Multi-party Dialogue model

  • Maintain a snapshot of Dialogue State – called Information State.

  • Information state is updated by dialogue moves based on certain update rules.

  • Information state and dialogue moves are partitioned into layers each dealing with slightly different aspects.


Layers in the dialogue model

Layers in the dialogue model

  • The contact layer concerns whether and how other individuals can be accessible for communication. Modalities include visual, voice (shout, normal, whisper), and radio.

  • The attention layer concerns the object or process that agents attend to. Contact is a prerequisite for attention.

  • The Conversation layer models the separate dialogue episodes that go on during an interaction.


Layers in the dialogue model contd

Layers in the dialogue model contd.

  • The participants may be active speakers, addressees, or over hearers.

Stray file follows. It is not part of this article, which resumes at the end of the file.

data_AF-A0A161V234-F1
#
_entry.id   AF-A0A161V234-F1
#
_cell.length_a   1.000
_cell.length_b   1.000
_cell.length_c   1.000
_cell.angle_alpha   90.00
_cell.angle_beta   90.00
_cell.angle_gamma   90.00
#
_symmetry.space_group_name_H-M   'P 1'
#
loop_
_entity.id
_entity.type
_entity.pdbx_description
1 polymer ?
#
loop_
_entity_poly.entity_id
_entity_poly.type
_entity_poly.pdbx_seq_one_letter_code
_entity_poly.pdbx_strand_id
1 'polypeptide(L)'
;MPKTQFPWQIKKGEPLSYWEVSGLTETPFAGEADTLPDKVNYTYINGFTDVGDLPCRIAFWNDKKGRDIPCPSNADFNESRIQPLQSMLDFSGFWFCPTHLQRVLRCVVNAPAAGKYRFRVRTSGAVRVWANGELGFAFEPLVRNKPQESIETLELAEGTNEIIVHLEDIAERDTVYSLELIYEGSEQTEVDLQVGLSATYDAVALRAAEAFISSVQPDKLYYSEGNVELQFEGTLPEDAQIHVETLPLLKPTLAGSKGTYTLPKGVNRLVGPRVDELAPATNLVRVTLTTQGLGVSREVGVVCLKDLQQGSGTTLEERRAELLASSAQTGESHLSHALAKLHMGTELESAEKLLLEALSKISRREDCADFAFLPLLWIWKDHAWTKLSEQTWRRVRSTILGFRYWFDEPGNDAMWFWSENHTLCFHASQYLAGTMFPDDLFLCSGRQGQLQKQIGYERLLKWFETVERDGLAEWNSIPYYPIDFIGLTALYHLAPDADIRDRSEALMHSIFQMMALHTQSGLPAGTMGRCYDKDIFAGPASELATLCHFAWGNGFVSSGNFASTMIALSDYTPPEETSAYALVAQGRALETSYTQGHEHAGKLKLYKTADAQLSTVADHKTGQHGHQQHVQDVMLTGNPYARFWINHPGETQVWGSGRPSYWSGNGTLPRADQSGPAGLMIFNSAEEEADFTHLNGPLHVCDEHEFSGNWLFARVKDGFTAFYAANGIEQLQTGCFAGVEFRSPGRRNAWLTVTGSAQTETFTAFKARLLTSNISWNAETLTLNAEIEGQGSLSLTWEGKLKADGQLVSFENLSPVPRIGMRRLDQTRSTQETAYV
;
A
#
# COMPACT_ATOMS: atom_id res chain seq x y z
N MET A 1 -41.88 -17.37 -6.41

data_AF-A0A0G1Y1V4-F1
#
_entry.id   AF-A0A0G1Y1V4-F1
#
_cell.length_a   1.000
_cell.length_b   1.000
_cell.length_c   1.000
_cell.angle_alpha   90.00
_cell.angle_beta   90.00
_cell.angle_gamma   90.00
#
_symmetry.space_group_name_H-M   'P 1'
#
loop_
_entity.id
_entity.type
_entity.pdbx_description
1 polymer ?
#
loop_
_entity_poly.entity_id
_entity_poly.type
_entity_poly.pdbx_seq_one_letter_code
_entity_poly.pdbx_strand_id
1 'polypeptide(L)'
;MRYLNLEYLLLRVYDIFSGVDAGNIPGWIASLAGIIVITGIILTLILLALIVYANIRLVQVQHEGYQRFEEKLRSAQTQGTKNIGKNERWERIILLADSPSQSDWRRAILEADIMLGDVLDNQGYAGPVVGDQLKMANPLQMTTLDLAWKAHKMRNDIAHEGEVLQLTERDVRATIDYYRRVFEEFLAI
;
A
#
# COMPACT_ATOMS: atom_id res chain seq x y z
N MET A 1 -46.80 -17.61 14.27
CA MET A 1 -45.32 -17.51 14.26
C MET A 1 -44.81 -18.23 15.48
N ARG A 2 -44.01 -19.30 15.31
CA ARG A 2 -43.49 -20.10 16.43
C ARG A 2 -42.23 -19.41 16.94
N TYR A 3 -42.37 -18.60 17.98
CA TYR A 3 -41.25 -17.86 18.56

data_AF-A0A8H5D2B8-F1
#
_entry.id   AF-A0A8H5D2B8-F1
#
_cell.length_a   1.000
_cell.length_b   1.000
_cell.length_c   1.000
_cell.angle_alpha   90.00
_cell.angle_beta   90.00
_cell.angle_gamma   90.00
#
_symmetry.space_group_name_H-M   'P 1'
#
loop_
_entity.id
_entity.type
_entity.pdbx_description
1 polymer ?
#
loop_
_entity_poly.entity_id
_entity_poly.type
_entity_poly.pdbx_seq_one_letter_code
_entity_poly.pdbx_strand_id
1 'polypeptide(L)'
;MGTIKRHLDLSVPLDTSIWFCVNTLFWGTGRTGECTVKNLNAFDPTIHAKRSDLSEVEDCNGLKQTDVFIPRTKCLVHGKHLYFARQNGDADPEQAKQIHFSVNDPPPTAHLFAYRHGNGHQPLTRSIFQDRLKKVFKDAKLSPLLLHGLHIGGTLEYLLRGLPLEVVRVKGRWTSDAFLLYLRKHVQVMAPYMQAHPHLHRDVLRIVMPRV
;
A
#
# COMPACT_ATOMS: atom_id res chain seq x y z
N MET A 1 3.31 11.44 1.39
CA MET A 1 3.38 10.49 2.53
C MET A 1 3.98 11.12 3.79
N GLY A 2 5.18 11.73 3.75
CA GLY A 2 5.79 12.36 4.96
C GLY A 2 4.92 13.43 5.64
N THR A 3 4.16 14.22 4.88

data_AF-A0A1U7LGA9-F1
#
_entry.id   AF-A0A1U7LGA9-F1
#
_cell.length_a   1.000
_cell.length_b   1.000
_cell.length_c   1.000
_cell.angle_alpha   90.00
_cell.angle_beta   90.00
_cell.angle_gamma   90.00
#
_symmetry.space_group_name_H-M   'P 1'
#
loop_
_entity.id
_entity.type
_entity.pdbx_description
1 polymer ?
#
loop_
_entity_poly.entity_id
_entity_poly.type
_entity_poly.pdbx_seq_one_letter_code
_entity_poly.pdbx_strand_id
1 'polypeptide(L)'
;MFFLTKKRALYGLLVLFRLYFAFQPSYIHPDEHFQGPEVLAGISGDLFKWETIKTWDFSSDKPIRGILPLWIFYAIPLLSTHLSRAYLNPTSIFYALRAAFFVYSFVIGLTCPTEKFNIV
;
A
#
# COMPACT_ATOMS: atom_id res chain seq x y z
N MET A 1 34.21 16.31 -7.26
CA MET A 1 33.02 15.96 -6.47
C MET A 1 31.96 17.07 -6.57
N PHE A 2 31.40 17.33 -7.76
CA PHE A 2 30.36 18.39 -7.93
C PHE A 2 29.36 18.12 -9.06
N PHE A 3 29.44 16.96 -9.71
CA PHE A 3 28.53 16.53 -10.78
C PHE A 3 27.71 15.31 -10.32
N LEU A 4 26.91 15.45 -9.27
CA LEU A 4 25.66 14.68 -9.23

• The turn indicates the (active) participant with the right to communicate

  • The initiative indicates the participant who is controlling the direction of the conversation

  • The grounding component of a conversation tracks how information is added to the common ground of the participants.


Additions to dialogue model

Additions to dialogue model

  • Listening (input)

    • Improved Gaze model

    • Increase in non verbal feed back during listening.

  • Talking (output)

    • Verbal and non verbal behavior also takes into account where the negotiator’s views are coming from / larger understanding of the issue – helps in negotiation decisions.

    • Dynamically update motivations for strategies based on where the negotiations are at.